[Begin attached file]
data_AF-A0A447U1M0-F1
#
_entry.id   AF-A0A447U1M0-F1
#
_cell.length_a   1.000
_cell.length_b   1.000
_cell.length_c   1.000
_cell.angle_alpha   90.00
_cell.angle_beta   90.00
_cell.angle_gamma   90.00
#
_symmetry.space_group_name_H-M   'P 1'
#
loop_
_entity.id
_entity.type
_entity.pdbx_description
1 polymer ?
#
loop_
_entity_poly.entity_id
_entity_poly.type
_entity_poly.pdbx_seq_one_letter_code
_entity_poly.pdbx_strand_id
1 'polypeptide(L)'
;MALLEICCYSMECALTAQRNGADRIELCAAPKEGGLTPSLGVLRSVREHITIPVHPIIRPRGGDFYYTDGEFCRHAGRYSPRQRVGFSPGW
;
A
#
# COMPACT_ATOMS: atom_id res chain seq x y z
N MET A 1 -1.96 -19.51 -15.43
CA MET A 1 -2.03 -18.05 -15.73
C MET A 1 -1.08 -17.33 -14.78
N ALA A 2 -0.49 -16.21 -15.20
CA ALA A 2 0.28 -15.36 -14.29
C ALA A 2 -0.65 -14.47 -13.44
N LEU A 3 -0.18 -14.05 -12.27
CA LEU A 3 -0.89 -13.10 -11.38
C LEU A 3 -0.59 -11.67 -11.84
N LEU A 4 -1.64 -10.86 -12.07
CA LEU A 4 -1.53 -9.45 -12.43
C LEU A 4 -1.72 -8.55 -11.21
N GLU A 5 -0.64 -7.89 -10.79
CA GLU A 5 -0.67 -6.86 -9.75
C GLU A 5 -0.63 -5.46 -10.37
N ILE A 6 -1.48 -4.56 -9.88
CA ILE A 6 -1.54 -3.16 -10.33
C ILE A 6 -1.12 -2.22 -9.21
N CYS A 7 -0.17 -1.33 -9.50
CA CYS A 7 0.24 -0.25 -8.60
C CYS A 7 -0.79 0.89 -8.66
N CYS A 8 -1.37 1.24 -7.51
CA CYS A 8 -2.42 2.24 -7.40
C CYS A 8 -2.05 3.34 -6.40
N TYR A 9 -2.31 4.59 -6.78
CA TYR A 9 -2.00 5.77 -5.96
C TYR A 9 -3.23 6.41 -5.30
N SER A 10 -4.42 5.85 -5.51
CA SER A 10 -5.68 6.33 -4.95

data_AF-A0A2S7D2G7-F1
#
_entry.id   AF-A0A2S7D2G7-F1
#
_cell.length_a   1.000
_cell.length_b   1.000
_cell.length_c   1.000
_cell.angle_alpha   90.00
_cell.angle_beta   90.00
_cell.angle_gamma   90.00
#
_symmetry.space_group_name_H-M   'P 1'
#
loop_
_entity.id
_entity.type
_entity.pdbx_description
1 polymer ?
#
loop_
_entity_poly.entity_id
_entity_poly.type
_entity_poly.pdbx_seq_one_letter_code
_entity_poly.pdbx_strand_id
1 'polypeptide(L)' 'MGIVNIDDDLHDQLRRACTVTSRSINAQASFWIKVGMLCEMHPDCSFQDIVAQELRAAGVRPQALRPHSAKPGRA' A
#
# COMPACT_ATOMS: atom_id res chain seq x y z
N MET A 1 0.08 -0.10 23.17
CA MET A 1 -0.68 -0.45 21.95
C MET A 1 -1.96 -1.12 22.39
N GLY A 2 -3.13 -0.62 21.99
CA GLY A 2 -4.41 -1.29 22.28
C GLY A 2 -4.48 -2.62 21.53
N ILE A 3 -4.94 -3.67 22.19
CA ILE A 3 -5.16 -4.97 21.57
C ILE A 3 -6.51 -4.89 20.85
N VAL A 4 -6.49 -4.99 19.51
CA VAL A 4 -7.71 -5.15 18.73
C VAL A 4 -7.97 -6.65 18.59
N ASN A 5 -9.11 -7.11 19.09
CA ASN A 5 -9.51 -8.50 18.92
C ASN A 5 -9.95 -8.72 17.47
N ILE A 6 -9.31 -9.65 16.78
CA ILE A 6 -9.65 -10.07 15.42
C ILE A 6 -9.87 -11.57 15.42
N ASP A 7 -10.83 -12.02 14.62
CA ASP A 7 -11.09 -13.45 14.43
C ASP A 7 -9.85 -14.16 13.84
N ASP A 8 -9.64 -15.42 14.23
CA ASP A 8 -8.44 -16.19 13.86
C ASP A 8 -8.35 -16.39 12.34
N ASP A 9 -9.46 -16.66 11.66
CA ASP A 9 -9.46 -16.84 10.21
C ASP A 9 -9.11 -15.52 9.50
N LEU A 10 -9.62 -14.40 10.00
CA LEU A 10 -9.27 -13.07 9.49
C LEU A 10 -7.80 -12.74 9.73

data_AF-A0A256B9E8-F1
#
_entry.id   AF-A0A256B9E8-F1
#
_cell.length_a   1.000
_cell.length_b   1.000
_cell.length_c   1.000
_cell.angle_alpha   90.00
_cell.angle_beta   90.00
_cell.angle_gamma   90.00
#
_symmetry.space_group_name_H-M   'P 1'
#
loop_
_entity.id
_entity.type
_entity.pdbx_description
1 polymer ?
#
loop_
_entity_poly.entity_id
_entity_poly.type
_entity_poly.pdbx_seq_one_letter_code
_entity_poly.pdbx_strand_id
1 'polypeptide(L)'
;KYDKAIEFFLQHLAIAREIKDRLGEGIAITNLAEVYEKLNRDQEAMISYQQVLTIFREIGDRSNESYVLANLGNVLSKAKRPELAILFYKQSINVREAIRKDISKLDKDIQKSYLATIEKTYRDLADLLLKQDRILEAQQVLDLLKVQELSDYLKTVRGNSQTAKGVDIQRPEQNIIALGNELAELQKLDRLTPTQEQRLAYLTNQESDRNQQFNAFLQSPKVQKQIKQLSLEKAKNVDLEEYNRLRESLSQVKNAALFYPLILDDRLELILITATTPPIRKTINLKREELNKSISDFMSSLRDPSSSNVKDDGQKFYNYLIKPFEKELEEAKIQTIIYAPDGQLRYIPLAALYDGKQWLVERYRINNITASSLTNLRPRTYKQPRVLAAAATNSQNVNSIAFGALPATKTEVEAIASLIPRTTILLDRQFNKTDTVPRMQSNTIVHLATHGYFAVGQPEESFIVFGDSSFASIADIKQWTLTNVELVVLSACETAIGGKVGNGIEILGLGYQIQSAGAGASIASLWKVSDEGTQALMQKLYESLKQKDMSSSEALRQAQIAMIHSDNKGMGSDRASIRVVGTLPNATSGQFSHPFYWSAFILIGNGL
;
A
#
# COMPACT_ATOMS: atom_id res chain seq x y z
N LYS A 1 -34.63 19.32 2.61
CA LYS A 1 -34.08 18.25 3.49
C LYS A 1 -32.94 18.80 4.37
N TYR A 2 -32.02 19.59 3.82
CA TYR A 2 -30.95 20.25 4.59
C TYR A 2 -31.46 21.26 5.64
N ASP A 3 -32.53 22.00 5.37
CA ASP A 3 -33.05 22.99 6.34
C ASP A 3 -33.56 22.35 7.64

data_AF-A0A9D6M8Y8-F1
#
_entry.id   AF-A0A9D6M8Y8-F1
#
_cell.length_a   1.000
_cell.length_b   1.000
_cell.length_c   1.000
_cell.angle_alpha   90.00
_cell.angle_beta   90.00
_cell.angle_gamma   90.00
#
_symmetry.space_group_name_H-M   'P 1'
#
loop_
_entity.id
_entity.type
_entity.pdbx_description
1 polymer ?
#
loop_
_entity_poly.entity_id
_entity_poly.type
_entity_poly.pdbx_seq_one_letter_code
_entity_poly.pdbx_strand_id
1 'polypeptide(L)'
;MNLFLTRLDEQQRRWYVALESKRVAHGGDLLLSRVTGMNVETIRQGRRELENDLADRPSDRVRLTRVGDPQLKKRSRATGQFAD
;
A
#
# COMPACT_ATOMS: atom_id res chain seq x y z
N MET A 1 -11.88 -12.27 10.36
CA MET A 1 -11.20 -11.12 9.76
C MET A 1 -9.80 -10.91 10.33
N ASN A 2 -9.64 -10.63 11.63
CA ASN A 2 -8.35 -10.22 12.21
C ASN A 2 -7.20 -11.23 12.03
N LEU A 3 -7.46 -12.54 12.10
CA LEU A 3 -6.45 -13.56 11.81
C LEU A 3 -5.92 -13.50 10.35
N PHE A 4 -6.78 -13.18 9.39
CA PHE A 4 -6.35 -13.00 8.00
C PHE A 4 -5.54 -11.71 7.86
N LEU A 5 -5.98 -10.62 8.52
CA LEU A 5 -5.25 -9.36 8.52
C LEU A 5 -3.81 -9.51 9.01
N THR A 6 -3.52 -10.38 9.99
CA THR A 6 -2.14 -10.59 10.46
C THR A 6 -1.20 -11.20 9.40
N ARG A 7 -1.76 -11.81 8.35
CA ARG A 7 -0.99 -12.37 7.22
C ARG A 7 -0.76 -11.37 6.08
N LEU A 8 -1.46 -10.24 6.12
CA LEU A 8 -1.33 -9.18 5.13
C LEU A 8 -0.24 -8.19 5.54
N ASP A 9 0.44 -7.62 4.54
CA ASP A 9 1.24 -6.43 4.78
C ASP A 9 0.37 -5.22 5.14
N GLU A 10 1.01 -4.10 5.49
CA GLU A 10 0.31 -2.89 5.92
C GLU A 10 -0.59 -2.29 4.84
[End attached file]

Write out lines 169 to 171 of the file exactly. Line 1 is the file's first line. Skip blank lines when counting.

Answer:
loop_
_entity.id
_entity.type